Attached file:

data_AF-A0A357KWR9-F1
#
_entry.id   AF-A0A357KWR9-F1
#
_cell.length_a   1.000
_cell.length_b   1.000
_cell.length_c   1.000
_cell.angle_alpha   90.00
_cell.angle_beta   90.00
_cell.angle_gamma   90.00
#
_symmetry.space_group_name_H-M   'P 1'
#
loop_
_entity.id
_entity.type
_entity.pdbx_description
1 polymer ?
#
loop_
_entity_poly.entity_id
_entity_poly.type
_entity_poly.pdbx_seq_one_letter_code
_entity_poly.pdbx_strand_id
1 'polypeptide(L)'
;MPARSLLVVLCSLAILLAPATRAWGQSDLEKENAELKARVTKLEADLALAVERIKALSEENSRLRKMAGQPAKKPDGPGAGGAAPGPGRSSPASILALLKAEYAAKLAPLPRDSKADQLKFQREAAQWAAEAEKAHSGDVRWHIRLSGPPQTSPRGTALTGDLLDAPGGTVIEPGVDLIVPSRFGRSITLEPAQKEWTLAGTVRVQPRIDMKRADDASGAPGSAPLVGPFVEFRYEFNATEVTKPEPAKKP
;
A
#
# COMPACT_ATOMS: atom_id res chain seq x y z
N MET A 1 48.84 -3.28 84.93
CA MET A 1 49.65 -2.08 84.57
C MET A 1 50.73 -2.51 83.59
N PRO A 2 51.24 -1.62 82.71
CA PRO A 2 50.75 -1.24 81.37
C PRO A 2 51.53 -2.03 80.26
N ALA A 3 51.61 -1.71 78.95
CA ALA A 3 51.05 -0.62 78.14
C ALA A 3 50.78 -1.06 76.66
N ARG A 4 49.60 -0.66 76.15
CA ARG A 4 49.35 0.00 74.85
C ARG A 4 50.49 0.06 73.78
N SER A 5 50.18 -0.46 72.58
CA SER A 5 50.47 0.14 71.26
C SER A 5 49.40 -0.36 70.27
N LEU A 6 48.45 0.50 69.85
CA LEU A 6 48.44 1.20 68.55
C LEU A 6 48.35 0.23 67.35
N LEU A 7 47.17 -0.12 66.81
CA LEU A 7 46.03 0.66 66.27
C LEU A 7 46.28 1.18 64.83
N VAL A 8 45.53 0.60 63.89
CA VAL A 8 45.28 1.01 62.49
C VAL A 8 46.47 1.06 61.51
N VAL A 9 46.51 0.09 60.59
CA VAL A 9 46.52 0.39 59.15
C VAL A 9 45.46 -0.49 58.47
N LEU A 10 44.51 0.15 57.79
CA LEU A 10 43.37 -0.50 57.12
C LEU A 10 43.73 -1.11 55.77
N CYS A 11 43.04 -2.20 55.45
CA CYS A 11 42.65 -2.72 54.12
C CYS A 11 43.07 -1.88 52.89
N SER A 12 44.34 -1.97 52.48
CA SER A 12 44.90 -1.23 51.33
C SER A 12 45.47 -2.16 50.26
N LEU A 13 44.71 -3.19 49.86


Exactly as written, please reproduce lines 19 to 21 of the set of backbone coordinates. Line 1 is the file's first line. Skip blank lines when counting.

#
loop_
_entity_poly.entity_id